American Heritage® Dictionary of the English Language, Fourth Edition
- n. See Table at Bible.
Century Dictionary and Cyclopedia
- n. One of the books of the Old Testment, also called the Preacher. Ecclesiastes is the Greek title in the Septuagint version. But preacher, in its modern signification, is not synonymous with the original. (See the etymology.) The book is a dramatic presentation of the fruitlessness of a life devoted to wordly pleasure or ambition. It purports to be a record of the experience and reflections of Solomon, to whom its authorship is often attributed, but on this point Biblical critics disagree. Often abbreviated Eccl., Eccles.
GNU Webster's 1913
- n. One of the canonical books of the Old Testament.
- n. an Old Testament book consisting of reflections on the vanity of human life; is traditionally attributed to Solomon but probably was written about 250 BC
- Latin Ecclesiastes, from Ancient Greek according Septuaginta Ἐκκλησιαστής (Wiktionary)
- Late Latin Ecclēsiastēs, from Greek Ekklēsiastēs, preacher (translation of Hebrew qōhelet), from ekklēsiastēs, a member of the ecclesia, from ekklēsiā, ecclesia; see ecclesia. (American Heritage® Dictionary of the English Language, Fourth Edition)
“I remember thinking at the time it was a really stupid idea, but apparently it had longevity, because those hands were the first thing I thought about when the word Ecclesiastes popped into my mind at two a.m.”
“Pretty soon, the brazen number seven was followed by the word Ecclesiastes.”
“A Rose for Ecclesiastes" is a really powerful story to begin with - consciously old-fashioned but doing something new as well.”
“Ecclesiastes is another complicated and ambiguous book.”
“MR. DANA PORTER: Referring to the Bible as a textbook on Economics, perhaps Mr. Gardiner will remember the reference in Ecclesiastes, where the words are used: "In times of prosperity rejoice; in years of famine consider.”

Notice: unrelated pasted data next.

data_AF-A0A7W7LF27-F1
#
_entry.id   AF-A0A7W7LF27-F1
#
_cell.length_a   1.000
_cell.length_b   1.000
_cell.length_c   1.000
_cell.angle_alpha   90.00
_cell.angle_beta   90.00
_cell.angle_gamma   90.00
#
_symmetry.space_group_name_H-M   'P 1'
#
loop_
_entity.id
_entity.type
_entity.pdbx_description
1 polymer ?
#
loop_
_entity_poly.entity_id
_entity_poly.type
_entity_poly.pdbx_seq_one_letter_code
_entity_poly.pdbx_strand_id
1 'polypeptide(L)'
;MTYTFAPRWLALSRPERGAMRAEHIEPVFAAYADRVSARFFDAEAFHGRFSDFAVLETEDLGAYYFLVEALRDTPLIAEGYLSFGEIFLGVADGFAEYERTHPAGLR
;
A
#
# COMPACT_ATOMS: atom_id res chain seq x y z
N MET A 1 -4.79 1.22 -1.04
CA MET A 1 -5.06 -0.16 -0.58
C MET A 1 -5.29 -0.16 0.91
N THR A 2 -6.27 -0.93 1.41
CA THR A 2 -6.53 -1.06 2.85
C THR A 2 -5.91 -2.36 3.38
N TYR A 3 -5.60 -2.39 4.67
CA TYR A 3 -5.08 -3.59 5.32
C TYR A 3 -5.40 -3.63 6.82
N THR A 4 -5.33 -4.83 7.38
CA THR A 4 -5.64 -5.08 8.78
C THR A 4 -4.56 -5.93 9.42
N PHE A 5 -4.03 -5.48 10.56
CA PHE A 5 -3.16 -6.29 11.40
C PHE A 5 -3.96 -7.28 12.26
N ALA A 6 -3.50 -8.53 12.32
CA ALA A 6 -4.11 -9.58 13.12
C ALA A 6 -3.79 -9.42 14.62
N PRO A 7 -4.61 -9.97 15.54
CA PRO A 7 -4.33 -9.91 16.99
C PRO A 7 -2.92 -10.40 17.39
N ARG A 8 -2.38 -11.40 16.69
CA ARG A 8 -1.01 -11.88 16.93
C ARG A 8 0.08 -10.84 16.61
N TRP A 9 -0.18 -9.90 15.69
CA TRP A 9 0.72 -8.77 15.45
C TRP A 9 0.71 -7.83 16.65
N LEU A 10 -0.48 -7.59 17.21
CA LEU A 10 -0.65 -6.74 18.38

“The Scope of Ecclesiastes is to show the vanity of all mere human pursuits, when made the chief end, as contrasted with the real blessedness of true wisdom, that is, religion.”
“Tina always had a slight proclivity for sermonizing, but a chapter in Ecclesiastes, coming from little preachers with lips and eyes like hers, is generally acceptable.”
“However, I have an overriding sense (or philosophy) that it’s all a big nothing — or ‘chasing after wind’ as it says in Ecclesiastes & therefore, at least up to the present, nothing has caused me too much grief.”
“Then one day, in the ruins of an ancient library at Lambeth on the south side of the Thames, a collector of ancient technologies found a book called Ecclesiastes.”
“The timeless pessimism of the 3rd-century writer known as Ecclesiastes 1:9 points us to the enduring essence of the human heart and the amazing bodies that bear it: “What has been is what will be, and what has been done is what will be done, and there is nothing new under the sun.””
These user-created lists contain the word ‘Ecclesiastes’.
Words and phrases George Orwell criticizes in his essay 'Politics and the English Language'.
ring the changes on, take up the cudge..., toe the line, ride roughshod over, stand shoulder to..., play into the han..., no axe to grind, grist to the mill, fishing in troubl..., on the order of t..., Achilles’ heel, swan song and 162 more...
Words for those who believe everyday should be your day in the sun. Follow your bliss!
Looking for tweets for Ecclesiastes.